A pilgrim's progress to Paris

Climate Pilgrims on their way to Paris © Hannah Henderson

Shropshire URC member Howard Hutchings talks to Tomilola Ajayi, Christian Aid press officer, about what inspired him to walk from London to Paris, and why climate justice is an issue very dear to his heart. 

Just over a week ago, retired geography teacher Howard Hutchings completed a journey of a lifetime: a ‘climate pilgrimage’ that spanned two weeks, two countries and 200 miles, entirely on foot. 

Howard, from Shrewsbury, joined dozens other British Christians on a ‘Pilgrimage2Paris’, which saw them sleeping in churches, halls and homes for a fortnight, as they travelled through streets, roads, country lanes and fields from London to the French capital. 

Organised by Christian Aid, Tearfund, CAFOD and the Church of England, the journey was a way to show solidarity with communities suffering the adverse effects of climate change. With each step, they were calling on world leaders to strike a fair and ambitious deal at the United Nations climate summit, currently underway in Paris.

Speaking in Paris, at the end of the pilgrimage, 61-year-old Howard is tired but happy. “We’ve clocked over 200 miles,” he says. “I’m here because I feel very passionately about environmental issues. 

“I’m a geography teacher, and for many years I’ve been trying to promote the link between our Christian faith and environmental issues… My church, Shrewsbury United Reformed, is an eco-congregation. We’re really quite passionate about bringing forward these issues.”

The link between faith and the environment is what united the walkers, who hailed from all parts of Britain and all parts of the Church. They set out from central London – clad in sturdy boots, matching sweatshirts and big smiles – on Friday November 13. But later that day, their destination city was shaken by a series of terrorist incidents. 

“After the tragedies of November 13, we’ve had to be sensitive to the fact that this is a city in grief. When it first happened, we were only one day into the journey. We asked ourselves: ‘Should this pilgrimage continue?’

“We were going to a country that had really seen awful events. We knew we could continue at least to Newhaven [East Essex] and from there, the aid agencies could advise us. By the time we got to Newhaven, a week later, they felt it was safe for us to continue. And on the French side, they were willing to welcome us.”

Indeed, it’s the ‘welcome’ that made a real impact on Howard during the trip. “Through all the church halls we passed through, from England to northern France, the hospitality has been absolutely wonderful. 

“There has been a generosity among everyone involved: they’ve almost borne us up and sent us out from their communities. They have welcomed us unbelievably well. There’s a real spiritual dimension to this, in the sense that they’re witnessing for us and spreading the message after we’ve gone.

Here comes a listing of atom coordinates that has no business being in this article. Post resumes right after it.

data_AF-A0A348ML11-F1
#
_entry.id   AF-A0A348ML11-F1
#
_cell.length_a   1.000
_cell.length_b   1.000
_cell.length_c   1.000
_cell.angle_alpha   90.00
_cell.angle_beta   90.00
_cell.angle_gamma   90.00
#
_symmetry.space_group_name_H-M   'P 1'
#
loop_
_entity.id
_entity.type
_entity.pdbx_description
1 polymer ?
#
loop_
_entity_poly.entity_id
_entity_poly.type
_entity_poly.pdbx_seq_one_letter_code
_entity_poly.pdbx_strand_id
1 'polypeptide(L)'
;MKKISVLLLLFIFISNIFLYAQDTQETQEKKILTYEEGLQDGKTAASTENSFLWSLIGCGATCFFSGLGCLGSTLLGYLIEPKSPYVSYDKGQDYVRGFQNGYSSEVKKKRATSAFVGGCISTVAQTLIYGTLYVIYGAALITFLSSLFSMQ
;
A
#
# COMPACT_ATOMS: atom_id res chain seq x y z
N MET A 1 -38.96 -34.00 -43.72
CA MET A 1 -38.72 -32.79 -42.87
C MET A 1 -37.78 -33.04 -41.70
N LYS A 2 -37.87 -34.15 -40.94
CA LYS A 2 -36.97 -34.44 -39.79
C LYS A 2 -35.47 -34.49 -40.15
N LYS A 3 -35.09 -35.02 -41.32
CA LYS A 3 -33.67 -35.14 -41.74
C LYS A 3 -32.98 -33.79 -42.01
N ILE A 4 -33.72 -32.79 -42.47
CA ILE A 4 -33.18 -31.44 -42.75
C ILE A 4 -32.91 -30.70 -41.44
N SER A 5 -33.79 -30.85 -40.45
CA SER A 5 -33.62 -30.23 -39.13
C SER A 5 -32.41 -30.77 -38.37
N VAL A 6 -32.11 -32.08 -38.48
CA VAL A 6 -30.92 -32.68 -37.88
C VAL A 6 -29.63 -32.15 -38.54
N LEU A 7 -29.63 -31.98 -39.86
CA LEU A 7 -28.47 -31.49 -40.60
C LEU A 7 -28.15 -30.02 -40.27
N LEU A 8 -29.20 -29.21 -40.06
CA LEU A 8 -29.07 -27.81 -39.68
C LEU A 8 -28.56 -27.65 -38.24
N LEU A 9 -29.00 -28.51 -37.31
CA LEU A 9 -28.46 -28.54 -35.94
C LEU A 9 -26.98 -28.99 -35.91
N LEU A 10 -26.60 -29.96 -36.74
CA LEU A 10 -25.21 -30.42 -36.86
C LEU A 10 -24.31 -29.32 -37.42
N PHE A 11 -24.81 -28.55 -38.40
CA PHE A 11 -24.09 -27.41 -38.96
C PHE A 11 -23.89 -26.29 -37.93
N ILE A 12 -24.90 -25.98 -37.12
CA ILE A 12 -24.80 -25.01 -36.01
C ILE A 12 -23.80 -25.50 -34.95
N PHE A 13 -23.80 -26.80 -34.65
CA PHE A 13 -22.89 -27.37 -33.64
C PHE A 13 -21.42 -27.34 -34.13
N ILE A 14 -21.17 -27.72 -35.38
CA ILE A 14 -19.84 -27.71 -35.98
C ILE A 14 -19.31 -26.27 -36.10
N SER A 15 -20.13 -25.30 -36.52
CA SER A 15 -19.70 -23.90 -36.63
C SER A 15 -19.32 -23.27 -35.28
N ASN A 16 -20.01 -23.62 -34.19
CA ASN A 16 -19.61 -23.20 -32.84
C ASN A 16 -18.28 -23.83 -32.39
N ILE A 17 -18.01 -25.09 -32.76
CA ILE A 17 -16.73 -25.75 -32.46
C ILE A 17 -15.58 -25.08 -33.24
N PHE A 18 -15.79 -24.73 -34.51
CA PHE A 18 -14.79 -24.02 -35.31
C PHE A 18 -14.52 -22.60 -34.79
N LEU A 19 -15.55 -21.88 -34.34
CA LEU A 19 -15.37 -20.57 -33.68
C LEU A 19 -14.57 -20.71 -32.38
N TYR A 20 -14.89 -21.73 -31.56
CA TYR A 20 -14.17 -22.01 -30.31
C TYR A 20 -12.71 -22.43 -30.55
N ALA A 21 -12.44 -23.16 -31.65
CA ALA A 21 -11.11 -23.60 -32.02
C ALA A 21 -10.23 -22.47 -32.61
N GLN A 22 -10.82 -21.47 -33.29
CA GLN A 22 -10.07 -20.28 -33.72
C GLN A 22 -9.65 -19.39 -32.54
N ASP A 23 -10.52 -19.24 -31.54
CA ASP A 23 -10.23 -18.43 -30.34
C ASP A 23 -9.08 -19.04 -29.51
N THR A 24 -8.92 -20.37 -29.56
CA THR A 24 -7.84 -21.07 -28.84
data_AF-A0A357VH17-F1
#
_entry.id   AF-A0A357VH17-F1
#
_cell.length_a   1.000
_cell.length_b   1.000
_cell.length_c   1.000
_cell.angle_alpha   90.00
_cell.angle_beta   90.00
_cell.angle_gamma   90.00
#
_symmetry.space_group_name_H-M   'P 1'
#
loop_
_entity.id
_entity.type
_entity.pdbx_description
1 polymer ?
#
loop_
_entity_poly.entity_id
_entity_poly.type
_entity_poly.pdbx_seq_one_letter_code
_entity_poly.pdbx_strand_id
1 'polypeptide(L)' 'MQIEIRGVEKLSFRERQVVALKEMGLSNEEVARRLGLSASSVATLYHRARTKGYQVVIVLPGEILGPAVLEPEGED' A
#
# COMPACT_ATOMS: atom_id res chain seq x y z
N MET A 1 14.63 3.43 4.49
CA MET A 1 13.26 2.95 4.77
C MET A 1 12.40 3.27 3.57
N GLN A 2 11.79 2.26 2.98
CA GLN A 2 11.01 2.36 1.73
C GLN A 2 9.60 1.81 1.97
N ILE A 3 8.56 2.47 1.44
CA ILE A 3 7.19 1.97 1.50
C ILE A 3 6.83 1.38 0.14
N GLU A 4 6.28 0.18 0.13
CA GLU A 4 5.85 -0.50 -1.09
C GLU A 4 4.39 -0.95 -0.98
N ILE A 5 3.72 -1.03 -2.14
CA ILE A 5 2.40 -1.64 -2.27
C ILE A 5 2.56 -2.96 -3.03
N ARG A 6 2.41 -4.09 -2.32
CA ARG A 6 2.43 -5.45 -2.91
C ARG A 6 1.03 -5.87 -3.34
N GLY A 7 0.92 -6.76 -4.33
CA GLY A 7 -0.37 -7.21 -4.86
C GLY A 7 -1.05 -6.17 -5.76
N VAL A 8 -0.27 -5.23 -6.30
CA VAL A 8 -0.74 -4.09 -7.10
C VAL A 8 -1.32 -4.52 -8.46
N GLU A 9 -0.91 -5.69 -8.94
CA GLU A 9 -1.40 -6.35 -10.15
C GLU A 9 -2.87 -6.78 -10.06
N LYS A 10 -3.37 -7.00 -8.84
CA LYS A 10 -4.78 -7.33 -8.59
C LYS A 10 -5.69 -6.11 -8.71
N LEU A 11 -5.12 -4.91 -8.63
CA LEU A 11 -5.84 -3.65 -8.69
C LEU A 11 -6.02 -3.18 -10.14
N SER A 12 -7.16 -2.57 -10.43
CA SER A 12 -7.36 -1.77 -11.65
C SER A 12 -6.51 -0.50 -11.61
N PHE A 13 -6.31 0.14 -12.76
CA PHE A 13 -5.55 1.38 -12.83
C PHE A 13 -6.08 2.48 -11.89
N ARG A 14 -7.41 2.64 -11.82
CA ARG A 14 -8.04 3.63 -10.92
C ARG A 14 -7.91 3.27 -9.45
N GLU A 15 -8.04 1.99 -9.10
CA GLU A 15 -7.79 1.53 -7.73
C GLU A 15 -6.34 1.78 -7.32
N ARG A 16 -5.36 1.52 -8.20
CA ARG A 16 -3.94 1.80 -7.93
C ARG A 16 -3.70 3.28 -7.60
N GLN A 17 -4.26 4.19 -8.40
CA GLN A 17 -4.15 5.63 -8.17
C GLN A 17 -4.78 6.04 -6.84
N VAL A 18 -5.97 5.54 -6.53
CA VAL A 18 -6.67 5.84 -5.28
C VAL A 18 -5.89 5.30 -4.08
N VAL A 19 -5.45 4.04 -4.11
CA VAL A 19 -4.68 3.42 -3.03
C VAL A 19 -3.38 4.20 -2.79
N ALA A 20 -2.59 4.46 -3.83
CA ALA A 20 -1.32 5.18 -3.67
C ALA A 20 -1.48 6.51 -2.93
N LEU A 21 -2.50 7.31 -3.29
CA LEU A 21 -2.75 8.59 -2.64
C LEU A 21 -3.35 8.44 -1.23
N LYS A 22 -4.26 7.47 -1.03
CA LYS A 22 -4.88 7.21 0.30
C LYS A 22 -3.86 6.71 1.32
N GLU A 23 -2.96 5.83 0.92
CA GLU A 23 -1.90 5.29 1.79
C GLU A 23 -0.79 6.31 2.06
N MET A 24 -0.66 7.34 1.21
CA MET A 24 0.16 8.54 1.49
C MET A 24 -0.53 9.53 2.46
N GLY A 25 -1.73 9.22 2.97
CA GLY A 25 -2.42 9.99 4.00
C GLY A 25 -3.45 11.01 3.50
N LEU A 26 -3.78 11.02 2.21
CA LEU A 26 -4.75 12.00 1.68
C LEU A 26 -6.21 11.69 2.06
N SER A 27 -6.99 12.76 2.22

“It really is the abiding memory for me and for lots of the pilgrims. And we sense there’s something very positive coming out of this. Two weeks ago, we saw the very worst of humanity. Now we’re seeing how we should be as human beings: supporting each other, helping each other.”

When it comes to climate change, Howard is clear on the need to stand in solidarity with the world’s poor: those facing the worst impacts of global warming, but who have done the least to cause it. This is why he joined the call from Christian Aid and the other church agencies behind the ‘Pilgrimage2Paris’. 

With real passion in his voice, he says: “Climate change is one of the root causes of poverty. People are losing their habitats: their farmland is drying out or being flooded. 

“If people have no livelihoods, we’ll be in a situation where these people are going to leave their homes: the current refugee crisis that we’re seeing across Europe will be nothing compared to the mass migration that could happen from countries in sub-Saharan Africa, Bangladesh or even other regions of the world.” 

He continues: “This is a legacy for us, just as slavery was 300 years ago. Future generations may look back and ask: ‘How did they deal with this crisis? Did they build barriers across their nations and stop people coming in?’ It’s very challenging, but I just hope that world leaders will recognise their obligation to respond to this need. I hope the UN summit provides a vision for a way forward.” 

There is no time to lose, Howard believes. “We’ve been wrecking the environment for decades and we’ve just got to recognise we can’t use the earth’s resources in this way. The Earth has rights too. I think the biblical message is that God has given us this wonderful world – one that includes the whole of the created order, not just humanity. And that’s the message we’re here to communicate in Paris.”